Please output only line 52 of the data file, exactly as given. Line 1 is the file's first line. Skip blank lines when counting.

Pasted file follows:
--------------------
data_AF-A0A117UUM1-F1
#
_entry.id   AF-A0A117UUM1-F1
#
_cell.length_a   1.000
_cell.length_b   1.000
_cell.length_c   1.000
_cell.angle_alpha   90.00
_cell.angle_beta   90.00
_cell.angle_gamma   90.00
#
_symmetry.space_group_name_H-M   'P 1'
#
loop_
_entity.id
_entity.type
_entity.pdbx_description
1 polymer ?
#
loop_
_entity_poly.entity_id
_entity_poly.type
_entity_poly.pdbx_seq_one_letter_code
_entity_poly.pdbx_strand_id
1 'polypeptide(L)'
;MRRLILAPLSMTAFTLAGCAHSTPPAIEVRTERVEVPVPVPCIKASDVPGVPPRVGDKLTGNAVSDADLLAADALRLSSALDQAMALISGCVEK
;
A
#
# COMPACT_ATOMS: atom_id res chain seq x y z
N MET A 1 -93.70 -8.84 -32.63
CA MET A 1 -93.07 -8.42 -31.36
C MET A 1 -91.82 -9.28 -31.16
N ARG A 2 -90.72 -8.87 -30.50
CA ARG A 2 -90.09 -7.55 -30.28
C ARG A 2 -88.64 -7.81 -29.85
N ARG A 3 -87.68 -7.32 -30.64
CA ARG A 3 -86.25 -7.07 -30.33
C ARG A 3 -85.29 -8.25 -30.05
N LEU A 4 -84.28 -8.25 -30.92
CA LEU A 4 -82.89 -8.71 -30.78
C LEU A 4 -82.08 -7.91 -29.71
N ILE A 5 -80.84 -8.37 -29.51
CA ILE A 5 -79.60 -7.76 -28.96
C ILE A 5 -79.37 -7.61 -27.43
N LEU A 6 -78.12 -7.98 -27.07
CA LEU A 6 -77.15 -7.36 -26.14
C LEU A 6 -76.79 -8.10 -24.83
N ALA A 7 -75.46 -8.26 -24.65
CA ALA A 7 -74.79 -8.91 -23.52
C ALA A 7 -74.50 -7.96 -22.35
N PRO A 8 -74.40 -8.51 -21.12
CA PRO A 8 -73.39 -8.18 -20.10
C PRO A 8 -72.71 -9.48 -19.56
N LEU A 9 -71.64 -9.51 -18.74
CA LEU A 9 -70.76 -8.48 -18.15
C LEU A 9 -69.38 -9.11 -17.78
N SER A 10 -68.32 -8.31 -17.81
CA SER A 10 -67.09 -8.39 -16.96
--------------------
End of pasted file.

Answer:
N PRO A 8 -74.40 -8.51 -21.12